The former, on the other hand, urge that there is a common or historical faith which produces no saving effects, and that a true faith must be preceded by certain feelings and impressions wrought in the · heart by the Divine Spirit, from which an "evangelical faith," as it is termed, results—which is an overpowering conviction of a direct and personal interest in the salvation of Christ, followed by a sincere belief of the testimony and an acceptable obedience. They arrange therefore the items thus: 1st. Holy Spiril; 2d. Feeling; 3d. Faith; 4th. Testimony; 5th. Obedience. The latter, on the contrary, insist that there is but one kind of faith-i.e. but one faith in kind, however it may vary in degree. It may, like the mountain rill, which swello into a rivulet, and at length grows to a river, be weak and small at first, but may be increased until it becomes resistless; yet is it the same faith differing only in degree. It is impossible, say they, to conceive that feelings should exist in the mind without supposing the mind to have had previously some object before it by which these feel. ings were produced. It could have no object before it capable of this

offoot, unless it were perceived and recognized as actually true. And it oould not be thus perceived and recognized as being true or having a roal existence unless by means of the testimony by which it was presented to the mind. In other words, a man could have no feelings in relation to any thing in the existence of which he never believed; he could not believe in that of which he never heard; he could not hear without testimony properly addressed to his powers of receiving information. They arrange the items therefore as follows; 1st. Testimony or word of God; 2d. Faith; 3d. Feeling. 4th. Obedience.l'heir theory, then, of conversion is, that the gospel facts are first presented to the mind by the proper testimony by which alone they are revealed and sustained; that these facts when believed upon this testimony are necessarily productive of corresponding feelings, which load to immediate and corresponding actions.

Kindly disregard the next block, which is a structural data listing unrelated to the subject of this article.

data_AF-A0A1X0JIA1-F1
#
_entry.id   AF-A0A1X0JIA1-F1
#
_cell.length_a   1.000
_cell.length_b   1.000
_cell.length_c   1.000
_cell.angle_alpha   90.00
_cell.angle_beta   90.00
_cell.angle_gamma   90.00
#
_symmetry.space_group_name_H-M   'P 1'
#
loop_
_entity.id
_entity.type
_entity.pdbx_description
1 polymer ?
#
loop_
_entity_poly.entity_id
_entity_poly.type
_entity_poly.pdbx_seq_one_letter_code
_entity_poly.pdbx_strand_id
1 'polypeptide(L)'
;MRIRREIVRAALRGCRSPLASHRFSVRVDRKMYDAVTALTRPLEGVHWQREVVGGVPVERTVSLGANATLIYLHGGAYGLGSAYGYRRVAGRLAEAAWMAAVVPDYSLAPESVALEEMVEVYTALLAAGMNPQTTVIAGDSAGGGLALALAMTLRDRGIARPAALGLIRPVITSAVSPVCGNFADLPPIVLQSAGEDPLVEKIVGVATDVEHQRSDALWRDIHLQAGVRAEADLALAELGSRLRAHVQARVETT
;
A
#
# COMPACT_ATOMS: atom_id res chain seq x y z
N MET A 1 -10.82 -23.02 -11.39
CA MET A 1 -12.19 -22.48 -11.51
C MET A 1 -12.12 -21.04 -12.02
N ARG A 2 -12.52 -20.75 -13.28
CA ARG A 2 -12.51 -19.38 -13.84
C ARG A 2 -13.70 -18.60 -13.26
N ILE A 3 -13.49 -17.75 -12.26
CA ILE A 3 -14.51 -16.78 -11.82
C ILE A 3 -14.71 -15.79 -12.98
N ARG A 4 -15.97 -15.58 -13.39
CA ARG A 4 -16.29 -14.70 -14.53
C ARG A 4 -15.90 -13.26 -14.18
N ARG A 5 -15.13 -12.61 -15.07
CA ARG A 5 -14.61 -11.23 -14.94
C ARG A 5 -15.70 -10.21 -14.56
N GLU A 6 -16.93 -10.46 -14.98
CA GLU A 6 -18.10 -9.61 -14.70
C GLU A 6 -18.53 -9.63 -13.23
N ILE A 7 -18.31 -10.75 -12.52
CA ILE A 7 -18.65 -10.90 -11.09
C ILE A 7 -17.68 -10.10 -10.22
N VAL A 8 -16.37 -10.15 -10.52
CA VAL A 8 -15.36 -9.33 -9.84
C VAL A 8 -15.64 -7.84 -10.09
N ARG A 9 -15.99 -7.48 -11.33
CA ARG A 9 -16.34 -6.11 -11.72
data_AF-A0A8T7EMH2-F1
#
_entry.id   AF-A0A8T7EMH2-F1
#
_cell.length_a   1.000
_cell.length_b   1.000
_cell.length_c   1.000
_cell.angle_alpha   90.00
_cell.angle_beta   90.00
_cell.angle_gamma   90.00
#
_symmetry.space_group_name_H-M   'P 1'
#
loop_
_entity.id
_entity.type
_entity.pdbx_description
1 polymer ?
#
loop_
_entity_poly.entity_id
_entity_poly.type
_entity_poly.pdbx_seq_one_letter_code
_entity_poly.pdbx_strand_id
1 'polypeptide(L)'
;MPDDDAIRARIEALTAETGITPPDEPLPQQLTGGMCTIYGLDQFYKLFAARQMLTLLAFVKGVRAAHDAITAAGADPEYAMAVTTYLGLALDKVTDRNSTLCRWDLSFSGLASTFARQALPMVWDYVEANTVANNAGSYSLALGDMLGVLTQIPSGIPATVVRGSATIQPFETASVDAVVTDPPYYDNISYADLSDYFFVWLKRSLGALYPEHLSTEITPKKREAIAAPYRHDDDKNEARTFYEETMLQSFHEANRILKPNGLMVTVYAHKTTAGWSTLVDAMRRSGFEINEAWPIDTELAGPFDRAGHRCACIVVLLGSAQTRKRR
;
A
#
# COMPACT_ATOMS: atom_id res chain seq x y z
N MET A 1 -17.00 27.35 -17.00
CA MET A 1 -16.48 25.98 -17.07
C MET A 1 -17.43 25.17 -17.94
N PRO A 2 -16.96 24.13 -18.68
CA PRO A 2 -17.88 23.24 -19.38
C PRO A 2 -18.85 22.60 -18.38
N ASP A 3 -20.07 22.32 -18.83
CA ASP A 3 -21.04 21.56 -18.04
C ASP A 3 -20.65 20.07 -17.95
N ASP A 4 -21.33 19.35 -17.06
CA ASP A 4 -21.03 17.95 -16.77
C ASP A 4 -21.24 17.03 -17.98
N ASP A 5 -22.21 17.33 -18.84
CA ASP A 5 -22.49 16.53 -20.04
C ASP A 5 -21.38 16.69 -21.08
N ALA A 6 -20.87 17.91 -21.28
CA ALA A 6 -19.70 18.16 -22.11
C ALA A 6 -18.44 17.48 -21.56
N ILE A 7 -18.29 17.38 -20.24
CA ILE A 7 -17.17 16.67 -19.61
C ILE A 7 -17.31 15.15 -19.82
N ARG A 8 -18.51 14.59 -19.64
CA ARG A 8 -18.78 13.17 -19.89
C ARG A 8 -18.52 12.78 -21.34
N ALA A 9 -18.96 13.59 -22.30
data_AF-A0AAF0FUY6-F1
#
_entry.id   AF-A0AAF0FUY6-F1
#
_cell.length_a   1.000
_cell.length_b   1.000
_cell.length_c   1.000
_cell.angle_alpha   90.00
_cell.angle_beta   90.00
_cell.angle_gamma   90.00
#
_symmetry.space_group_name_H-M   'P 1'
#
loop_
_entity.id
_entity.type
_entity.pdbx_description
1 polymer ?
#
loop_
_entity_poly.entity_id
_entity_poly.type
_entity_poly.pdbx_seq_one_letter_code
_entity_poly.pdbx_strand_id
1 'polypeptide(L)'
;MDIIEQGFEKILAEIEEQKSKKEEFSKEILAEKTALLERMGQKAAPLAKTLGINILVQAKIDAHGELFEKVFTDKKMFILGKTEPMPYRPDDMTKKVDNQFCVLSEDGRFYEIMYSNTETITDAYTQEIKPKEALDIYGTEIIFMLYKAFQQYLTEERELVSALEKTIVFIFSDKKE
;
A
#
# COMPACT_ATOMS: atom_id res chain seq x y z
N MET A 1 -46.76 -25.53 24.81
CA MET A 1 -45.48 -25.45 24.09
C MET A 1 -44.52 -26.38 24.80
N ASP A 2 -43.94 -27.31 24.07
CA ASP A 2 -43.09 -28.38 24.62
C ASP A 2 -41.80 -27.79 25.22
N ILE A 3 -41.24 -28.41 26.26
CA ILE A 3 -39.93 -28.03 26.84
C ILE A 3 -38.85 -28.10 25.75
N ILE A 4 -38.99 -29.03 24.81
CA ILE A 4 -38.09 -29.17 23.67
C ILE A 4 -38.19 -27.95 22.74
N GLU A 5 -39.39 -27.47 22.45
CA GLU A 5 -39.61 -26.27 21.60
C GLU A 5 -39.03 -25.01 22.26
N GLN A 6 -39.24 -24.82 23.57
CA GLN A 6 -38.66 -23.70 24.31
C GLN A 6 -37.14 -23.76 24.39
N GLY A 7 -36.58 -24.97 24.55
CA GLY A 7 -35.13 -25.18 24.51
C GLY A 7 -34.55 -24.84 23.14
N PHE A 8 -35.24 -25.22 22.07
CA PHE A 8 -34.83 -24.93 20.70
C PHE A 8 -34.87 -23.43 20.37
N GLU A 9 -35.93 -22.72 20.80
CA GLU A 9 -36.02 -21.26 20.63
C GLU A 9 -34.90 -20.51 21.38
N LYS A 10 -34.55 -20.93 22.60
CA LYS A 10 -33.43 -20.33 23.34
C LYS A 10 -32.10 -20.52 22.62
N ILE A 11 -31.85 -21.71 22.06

It is a universal law of our nature that objects presented to the mind will produce effects upon us according to their character and our relations to them. It inatters not whether these objects be presented to the mind directly through the senses, or whether we are informed of them by human testimony. All that is necessary is, that we should bo convinced that they are what they appear, or are declared to be, in order to be duly influenced by them. Sensible evidence can do no more than this; and human testimony, in its proper measure, will do

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no less.

It depends not, then, upon any peculiar way of looking at objects, neither upon any peculiar mode of believing that they exist, whether wo shall be moved by them or not. If we survey a beautiful landscape, we are filled with pleasurable emotions: if we witness the agonies of the wounded and the dying upon the field of battle, we have feelings of sorrow. No one in this case pretends to argue that the different emotion is produced by a different way of seeing, rather than by a difference in the object presented to view. We are informed that when Pharaoh's daughter perceived the ark of bulrushes amongst the flags of the Nile, she ordered her maidens to bring it to her. Suppose that instead of the ark she had perceived a crocodile waiting for his prey; doubtless she and her maidens would have fled away with terror; and no one can fail to see that an action so different would he owing not to any different way of seeing, but to a different feeling excited by a different object.

It is not, however, every object which we perceive that will excite ploasure or aversion. Each will produce in us a feeling corresponding to its character and the relation we perceive it to sustain to us. If . we discern no relation whatever in the object to our interest or happi

ness, it will produce in us no emotion whatever, and consequently no action. We daily pass by innumerable objects and hear many things with perfect indifference, because we do not see any connexion between them and the objects of our pursuit. Again, whenever we discover that any of the things which we had before neglected are really related to our interests, they immediately become invested with consequenes in our eyes, ond produce feelings and actions corresponding to their

nature.